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Helping the six-hour narrative flow along and flow it does, effortlessly weaving in a history of book collecting (and book thieving) with all the gumshoe action is narrator Judith Brackley’s smooth delivery. Measured, steady, patient, her voice contains the quiet rhythms of an NPR reporter or a Sunday school teacher. But this isn’t to say Brackley’s interpretation doesn’t veer toward buoyant effervescence from time to time. Indeed, describing Gilkey’s bold crime sprees elicits an especially enthusiastic cadence you can almost imagine the author’s jaw dropping when she heard the amazing anecdotes for the first time.
Though Bartlett makes a noble attempt to delve into the psychology of her characters, she doesn’t make many inroads, instead just circling around the same question over and over again namely, just what it is about books, of all things, that seem to turn normal people mad. The most delicious moments, in fact, may come when Bartlett inserts herself into the story; as Gilkey begins confiding more and more about his crimes, the objective journalist becomes entangled in the narrative, wondering what actions, if any, she should take. As read by Brackley, these confessional moments are when the book really comes alive, drawing you in as if it’s Bartlett herself speaking right into your ear. Jaime Buerger
With a mixture of suspense, insight, and humor, she not only reveals exactly how Gilkey pulled off his dirtiest crimes and how Sanders ultimately caught him, but also explores the romance of books, the lure to collect them, and the temptation to steal them. Immersing the listener in a rich, wide world of literary obsession, Bartlett looks at the history of book passion, collection, and theft through the ages, to examine the craving that makes some people willing to stop at nothing to possess the books they love.
Customer ReviewsMost Helpful
By Amazon Customer on 09-24-10
A good story ruined by a narcissistic author
Okay, narcissism is too strong, but you get the idea. Here is a story of a con man, and of the rare book field at large. It's a captivating, and somewhat scary, story of theft and its results. Unfortunately, it comes off disjoint, primarily because of the author herself. The story becomes a blur of the story of the con man, the story of the con man's targets, and the author's own impressions on books and her emotions towards them. Frankly, her autobiographical segments just are not as good as her reporting. Likewise, her opinions are sometimes jarring, not necessarily wrong but very idiosyncratic and unsupported, and such a distraction to the rest of the material. Frankly, some of her opinions on what book collections means seem incredibly strange to me. This would be much more interesting as a shorter article, one much more on target.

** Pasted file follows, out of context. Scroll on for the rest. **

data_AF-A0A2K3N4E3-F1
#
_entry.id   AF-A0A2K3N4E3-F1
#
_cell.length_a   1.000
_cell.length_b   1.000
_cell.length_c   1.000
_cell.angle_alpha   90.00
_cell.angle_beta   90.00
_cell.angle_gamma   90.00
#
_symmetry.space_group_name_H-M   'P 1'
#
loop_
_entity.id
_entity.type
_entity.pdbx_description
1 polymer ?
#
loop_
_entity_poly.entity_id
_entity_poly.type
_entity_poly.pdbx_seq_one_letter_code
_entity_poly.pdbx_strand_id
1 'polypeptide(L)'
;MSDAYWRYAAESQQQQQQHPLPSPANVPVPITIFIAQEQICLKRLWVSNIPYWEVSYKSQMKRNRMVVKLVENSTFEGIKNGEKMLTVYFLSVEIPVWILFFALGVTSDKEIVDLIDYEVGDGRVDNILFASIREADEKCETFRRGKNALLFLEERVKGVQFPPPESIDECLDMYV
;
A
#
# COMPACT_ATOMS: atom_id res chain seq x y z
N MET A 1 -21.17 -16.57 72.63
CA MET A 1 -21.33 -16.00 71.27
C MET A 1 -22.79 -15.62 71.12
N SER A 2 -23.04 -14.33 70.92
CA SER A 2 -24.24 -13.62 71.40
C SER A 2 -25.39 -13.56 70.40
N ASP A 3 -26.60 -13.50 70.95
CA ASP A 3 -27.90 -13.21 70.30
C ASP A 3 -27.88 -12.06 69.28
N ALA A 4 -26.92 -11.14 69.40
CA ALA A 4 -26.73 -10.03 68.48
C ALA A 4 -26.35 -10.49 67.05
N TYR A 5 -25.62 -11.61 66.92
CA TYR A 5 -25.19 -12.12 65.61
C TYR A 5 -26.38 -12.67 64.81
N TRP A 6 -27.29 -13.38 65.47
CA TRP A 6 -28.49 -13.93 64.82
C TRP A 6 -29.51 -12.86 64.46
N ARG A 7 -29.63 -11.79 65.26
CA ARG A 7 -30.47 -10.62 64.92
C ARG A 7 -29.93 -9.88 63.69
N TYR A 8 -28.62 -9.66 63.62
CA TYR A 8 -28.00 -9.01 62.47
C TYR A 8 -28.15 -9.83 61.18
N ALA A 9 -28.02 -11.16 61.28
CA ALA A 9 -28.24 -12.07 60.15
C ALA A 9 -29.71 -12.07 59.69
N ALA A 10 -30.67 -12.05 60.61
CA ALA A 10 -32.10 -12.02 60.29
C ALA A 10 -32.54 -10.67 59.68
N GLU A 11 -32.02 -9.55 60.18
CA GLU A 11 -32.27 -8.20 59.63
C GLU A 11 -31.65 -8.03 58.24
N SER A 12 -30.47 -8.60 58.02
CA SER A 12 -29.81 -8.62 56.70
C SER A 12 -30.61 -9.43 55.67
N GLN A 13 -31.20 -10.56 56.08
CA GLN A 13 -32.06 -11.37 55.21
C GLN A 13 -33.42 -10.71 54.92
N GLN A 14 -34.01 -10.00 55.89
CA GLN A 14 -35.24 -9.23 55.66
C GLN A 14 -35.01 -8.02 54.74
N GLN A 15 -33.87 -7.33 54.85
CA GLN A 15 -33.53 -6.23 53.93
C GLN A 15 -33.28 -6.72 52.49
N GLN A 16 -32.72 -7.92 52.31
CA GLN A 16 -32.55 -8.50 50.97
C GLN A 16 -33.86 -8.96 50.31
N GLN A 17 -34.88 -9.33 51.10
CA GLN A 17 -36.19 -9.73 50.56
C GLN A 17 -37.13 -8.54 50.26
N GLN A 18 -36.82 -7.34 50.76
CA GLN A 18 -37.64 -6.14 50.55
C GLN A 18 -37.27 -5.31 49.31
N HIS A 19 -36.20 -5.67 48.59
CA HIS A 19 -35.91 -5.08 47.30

8 of 8 people found this review helpful
By Joshua Kim on 06-10-12
Wikipedia defines "bibliomania" as "an obsessive–compulsive disorder involving the collecting or hoarding of books to the point where social relations or health are damaged." Having "bibliomania" is probably bad, but being a "bibliophile" (someone who "who loves to read, admire and collect books, often amassing a large and specialized collection"), is more admirable.
Do we have a word the digital book (audio and e-book) enthusiasts among us? Maybe "digi-bibliophile" or "e-bibliophile"? Can I trademark these terms? (A quick google search, done after thinking of the name, shows that I did not get to this first - oh well).
The Man Who Loved Books Too Much is about bibliomaniacs, bibliophiles, and all the people in between. Bartlett structures her story around a John Gilkey, a mentally unbalanced thief who managed to steal hundreds of thousands of dollars worth of rare books via credit card fraud in the 1990s. Gilkey's crimes give us a window into the rarified world of rare book dealing and collecting.
I had no idea that there exists an "Antiquarian Booksellers' Association of America" (ABAA), or that antiquarian book shows were such a big deal. It came as a surprise to me that rare book collectors collect mostly not to read their acquisitions, that the value of the book is less in its content but in its scarcity and historical significance. The catchphrase in rare book circles is to "never judge a book by its contents". Only first edition, first run books - in mint condition with their dust jackets intact - are valuable.
Some people think that the ascension of e-books will only increase the value of paper books that are beautifully constructed and have historical significance. The thinking goes that the rise of e-books will make paper books even more rare, and that we will do the bulk of our reading digitally while cherishing those certain physical books that we have an emotional connection with. Maybe.
The Man Who Loved Books Too Much is a great read for the bibliophiles, e-bibliophiles, and e-bibliomaniacs among us. Highly recommended.
6 of 6 people found this review helpful